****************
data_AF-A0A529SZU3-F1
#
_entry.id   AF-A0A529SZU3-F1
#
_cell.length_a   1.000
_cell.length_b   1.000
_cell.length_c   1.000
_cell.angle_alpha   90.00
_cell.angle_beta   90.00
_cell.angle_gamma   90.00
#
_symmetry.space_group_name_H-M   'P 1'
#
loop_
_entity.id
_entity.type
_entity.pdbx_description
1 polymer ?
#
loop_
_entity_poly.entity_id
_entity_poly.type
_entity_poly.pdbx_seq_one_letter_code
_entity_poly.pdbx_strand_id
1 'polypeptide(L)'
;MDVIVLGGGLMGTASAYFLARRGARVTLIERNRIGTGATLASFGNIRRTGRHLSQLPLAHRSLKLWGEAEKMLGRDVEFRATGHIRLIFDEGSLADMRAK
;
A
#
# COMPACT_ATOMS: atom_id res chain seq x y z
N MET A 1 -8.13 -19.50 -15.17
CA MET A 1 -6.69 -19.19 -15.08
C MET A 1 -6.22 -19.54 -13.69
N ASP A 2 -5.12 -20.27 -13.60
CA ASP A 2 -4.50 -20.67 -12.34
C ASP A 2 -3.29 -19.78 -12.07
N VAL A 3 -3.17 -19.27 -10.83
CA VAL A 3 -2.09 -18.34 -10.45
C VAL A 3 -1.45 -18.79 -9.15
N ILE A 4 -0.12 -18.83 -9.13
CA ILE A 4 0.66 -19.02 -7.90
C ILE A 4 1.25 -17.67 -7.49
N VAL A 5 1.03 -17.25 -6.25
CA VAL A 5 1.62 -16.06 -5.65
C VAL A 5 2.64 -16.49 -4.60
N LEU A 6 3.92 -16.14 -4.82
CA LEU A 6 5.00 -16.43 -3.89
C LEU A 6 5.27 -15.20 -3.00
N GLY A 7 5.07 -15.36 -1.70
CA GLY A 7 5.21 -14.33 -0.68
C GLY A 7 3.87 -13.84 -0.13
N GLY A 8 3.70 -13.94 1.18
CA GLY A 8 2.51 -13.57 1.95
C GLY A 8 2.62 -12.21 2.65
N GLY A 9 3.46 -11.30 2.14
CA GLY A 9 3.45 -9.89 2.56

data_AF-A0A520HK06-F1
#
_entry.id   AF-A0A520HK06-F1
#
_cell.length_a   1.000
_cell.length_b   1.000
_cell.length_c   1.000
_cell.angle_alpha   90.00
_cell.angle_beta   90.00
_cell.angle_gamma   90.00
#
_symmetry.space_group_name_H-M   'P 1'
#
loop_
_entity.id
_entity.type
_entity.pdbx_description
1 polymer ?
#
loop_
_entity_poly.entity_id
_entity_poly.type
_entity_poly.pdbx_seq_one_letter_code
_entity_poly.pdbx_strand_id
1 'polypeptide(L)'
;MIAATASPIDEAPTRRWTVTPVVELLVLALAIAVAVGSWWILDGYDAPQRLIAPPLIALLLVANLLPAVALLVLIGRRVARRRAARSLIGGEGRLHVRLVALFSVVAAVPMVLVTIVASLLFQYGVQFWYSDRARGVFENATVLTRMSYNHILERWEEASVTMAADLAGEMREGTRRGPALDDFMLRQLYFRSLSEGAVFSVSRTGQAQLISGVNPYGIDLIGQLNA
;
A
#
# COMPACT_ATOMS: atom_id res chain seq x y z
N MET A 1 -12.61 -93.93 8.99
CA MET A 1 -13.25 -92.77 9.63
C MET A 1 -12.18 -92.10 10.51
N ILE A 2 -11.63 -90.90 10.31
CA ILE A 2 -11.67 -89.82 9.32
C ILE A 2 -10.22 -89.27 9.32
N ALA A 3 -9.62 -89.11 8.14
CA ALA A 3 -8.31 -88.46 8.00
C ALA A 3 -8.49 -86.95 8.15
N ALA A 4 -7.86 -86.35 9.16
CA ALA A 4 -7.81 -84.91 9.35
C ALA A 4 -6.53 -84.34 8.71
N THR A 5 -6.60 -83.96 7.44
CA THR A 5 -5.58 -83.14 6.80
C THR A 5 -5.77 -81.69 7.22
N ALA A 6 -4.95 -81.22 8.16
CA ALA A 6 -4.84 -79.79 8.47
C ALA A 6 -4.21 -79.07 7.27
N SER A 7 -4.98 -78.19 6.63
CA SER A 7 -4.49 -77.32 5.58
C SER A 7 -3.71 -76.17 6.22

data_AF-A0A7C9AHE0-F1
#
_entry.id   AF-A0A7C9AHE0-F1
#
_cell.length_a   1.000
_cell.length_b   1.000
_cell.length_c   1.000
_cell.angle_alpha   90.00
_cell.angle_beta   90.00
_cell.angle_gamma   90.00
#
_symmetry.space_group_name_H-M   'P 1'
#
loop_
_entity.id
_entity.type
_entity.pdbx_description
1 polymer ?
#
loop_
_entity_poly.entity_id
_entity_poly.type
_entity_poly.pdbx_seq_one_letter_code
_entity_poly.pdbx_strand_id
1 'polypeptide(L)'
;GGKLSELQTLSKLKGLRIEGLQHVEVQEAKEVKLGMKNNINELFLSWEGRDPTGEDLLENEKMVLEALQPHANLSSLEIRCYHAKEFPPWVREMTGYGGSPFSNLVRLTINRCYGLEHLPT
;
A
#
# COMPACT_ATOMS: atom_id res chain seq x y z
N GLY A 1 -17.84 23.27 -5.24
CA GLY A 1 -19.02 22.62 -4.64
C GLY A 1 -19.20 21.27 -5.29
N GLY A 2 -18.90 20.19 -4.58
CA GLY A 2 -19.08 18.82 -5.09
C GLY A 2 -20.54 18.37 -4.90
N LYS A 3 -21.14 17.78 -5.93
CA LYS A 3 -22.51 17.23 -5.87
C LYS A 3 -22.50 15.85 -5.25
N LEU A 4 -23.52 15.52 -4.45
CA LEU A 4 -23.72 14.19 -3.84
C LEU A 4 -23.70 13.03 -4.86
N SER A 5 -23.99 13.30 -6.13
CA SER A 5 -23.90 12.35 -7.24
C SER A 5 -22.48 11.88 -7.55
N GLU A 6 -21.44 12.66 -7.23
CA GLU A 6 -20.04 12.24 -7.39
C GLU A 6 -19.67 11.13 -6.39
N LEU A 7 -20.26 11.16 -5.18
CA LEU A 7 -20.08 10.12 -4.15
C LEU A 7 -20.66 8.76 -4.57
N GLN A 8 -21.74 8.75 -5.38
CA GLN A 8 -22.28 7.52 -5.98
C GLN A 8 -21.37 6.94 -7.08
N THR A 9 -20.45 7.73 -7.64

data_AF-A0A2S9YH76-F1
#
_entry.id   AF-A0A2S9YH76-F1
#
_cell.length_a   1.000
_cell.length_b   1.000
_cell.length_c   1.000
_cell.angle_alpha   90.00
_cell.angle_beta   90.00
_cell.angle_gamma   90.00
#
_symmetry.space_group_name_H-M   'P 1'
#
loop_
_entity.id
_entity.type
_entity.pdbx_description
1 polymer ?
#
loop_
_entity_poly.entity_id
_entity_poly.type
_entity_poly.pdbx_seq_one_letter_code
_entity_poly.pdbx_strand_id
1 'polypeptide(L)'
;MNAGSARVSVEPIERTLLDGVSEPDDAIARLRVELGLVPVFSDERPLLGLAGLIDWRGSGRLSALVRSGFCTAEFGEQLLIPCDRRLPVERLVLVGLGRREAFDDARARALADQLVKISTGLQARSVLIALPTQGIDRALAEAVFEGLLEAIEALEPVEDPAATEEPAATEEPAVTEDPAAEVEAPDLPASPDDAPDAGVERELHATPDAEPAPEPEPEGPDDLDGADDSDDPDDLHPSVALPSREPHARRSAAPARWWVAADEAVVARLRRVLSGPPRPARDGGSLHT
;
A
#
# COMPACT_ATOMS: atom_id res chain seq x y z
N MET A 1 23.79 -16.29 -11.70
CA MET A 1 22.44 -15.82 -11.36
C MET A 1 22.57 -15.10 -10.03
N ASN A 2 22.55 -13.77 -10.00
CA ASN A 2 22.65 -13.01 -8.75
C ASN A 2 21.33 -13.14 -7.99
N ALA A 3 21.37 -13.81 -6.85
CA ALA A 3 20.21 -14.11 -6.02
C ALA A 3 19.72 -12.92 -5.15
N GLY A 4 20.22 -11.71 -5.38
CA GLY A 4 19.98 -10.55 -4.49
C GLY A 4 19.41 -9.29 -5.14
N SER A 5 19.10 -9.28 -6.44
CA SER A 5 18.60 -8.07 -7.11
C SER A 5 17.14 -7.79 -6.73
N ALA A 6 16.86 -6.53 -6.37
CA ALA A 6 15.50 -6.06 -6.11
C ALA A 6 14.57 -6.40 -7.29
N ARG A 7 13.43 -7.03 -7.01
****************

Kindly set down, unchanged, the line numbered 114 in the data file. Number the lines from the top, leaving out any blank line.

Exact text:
_cell.length_c   1.000